What the Tabcorp-Tatts Merger Means for The Australian Gaming Sector
It’s a much-anticipated union, and one that took over a year to come to fruition. The Tabcorp-Tatts merger ended 2017 on a high for the industry – but what does this $11 billion merger mean for the business, its employees and its network of venues? Rick Wallace, Tabcorp’s Media Relations Manager, explains.
It is a case of third time lucky for the historic Tabcorp-Tatts merger, with the two key players on the Australian gambling scene finally sealing a union that eluded them back in 2015 when talks were previously held on a possible merger.
Before that, Tabcorp had tried to take over Unitab – the Queensland forerunner to Tatts’ UBET wagering business – in 2006, but the competition regulator, the Australian Competition and Consumer Commission (ACCC), blocked the deal. The final attempt to bring the businesses together has taken more than 14 months to complete from start to finish.
The latest plans for the merger were first announced back in October 2016 and the transaction has taken a long and winding path through various layers of approvals.
But, with the support of pubs and clubs, TAB agencies, news and lottery agencies and the racing industry throughout most of Australia, the deal was finally finalised at the end of last year.
The combination, which was endorsed by Tatts’ shareholders in December, creates a world-class, gambling-led entertainment business with a national footprint operating in wagering, media, lotteries, Keno and gaming services. The new Tabcorp is now one of the largest publicly listed gambling companies in the world and one of the 50 largest companies trading on the Australian stock exchange. Tabcorp CEO David Attenborough says the merger was a fascinating and exciting transaction to work on given its complexity.
“If you had a scale of one to 10 of complexity, it would be up towards a 10,’’ he says. “It has been an extremely complex transaction but that’s what gets a lot of us up in the morning. These are the sorts of things that are really exciting to work on.”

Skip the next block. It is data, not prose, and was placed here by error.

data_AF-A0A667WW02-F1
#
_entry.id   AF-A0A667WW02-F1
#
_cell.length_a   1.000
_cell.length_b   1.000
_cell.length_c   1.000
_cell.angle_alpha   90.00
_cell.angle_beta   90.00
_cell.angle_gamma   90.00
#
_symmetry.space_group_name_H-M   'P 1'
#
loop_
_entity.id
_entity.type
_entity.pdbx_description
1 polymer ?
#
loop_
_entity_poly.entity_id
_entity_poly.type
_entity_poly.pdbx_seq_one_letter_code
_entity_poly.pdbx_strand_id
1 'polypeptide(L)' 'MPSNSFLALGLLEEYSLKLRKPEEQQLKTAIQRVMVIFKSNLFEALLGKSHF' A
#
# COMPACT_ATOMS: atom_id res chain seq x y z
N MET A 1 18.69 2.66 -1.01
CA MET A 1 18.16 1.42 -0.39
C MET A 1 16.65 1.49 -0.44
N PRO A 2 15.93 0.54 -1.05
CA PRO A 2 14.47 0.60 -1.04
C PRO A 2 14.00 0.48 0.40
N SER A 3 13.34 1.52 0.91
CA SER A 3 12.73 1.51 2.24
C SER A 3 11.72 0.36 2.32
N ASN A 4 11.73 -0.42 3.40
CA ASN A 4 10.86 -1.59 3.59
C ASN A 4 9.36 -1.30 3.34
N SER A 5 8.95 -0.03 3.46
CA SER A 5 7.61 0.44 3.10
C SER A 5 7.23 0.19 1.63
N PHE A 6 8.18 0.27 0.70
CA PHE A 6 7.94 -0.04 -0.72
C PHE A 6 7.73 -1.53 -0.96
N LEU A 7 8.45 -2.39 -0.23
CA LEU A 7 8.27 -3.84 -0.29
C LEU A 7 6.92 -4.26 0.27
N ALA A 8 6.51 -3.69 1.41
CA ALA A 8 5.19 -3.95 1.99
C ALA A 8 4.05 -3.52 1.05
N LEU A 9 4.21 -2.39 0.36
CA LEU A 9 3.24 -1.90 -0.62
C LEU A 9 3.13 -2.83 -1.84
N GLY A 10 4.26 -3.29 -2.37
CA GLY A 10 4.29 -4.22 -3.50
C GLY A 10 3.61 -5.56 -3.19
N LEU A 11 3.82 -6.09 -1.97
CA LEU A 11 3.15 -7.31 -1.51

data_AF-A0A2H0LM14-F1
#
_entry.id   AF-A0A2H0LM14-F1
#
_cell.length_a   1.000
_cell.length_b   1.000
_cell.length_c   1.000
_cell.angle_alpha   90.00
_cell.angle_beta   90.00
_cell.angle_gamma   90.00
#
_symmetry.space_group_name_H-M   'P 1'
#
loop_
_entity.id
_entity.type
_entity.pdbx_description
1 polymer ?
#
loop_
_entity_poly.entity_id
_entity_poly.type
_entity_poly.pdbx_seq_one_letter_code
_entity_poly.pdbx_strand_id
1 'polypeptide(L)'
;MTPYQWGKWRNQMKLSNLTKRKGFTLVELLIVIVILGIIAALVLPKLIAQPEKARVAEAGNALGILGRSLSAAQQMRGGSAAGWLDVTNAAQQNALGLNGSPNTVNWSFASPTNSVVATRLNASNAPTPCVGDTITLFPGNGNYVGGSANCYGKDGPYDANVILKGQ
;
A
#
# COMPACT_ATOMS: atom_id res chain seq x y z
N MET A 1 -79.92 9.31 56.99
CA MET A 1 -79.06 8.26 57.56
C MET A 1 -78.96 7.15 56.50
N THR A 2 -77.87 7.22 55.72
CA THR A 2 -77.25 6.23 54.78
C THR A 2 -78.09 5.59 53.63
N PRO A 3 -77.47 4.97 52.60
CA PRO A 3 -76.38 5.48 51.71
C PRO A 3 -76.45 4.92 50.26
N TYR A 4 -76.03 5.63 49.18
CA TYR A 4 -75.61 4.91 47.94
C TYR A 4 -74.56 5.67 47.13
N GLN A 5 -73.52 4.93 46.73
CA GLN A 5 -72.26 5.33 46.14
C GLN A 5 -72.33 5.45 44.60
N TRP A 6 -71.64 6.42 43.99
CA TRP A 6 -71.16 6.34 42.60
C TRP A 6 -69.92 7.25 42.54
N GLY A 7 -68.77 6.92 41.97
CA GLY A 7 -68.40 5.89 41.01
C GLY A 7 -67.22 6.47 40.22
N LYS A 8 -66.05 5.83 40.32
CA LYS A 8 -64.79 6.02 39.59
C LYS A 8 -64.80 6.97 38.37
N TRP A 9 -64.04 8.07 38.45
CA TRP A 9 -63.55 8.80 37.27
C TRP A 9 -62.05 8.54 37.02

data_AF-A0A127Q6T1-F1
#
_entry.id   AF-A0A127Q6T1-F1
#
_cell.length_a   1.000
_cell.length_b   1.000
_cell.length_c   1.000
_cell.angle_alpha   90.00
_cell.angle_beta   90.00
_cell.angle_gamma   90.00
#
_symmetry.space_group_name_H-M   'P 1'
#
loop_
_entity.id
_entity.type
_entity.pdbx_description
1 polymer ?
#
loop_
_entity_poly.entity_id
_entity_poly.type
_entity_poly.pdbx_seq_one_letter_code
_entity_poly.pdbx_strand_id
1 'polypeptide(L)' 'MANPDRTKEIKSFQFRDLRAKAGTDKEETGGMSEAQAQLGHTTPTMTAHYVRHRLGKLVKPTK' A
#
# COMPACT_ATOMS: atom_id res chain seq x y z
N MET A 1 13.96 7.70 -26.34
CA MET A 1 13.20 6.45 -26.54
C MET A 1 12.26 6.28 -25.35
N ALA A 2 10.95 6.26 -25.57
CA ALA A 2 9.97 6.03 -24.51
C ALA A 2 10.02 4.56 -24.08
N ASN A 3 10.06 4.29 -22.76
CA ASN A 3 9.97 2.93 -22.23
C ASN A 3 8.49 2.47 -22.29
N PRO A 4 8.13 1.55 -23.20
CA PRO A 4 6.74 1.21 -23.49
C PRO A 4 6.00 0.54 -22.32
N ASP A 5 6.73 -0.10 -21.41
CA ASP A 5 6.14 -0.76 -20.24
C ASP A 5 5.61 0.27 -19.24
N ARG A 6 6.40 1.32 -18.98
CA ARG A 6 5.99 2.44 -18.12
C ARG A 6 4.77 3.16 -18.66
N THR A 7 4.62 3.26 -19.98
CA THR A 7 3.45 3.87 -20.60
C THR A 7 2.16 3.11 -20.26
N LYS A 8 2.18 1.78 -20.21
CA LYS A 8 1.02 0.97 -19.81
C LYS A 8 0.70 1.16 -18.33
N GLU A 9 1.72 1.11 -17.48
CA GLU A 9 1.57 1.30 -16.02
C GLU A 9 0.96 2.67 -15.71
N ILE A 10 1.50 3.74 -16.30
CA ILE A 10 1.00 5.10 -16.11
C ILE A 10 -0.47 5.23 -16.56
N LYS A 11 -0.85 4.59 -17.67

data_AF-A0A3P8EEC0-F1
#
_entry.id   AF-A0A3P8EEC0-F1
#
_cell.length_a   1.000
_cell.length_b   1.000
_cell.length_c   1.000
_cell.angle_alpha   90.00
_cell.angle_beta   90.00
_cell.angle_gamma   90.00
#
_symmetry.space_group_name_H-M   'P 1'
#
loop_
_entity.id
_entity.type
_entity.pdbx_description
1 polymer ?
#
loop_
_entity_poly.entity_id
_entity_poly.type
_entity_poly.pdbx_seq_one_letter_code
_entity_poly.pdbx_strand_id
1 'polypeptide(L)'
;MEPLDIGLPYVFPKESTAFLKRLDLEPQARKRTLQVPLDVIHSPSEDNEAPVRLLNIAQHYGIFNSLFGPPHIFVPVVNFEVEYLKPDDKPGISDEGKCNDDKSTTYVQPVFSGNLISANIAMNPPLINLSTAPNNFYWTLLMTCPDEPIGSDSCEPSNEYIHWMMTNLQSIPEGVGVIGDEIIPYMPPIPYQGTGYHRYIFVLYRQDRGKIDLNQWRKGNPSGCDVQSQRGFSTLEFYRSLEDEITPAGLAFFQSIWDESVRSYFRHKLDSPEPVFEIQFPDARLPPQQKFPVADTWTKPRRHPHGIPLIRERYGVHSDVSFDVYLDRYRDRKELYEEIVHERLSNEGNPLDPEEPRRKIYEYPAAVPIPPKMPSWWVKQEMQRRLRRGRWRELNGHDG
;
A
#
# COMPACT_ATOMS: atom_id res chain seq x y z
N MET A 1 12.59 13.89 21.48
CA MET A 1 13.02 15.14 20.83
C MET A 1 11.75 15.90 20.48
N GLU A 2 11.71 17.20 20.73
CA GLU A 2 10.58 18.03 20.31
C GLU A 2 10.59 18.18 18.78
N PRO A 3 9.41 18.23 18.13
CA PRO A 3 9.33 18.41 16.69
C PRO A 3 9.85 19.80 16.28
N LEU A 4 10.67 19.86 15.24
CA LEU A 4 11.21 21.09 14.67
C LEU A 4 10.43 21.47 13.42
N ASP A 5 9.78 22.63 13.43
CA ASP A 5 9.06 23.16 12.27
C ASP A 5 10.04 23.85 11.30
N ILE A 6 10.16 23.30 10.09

The long road to a new era
To successfully clinch the deal, Attenborough and the Tabcorp team, along with their Tatts counterparts, had to run the gauntlet of multiple legal appeals and attempts from competitors to thwart it.
The first major twist in the deal came in March last year when Tabcorp opted to have key competition issues – such as whether the combination of two large players would substantially reduce competition or not – decided by the Australian Competition Tribunal (ACT), a competition review body headed by a Federal Court judge, in series of public hearings over three weeks. This allowed those backing the merger – including pubs and clubs, their peak bodies and the racing industry – to put their support on record. The Tribunal found that not only would the combination not reduce competition but it would actually provide more competition by creating a better resourced organisation better able to duke it out with its rivals.
Any relief among the merger parties from the ACT’s decision in June was short lived with both the ACCC and rival CrownBet appealing to the full bench of the Federal Court, known as the Full Court. The Full Court took issue with one area of the Tribunal’s authorisation and sent it back to the Tribunal to take another look at the case, taking into account the one competition issue it had raised.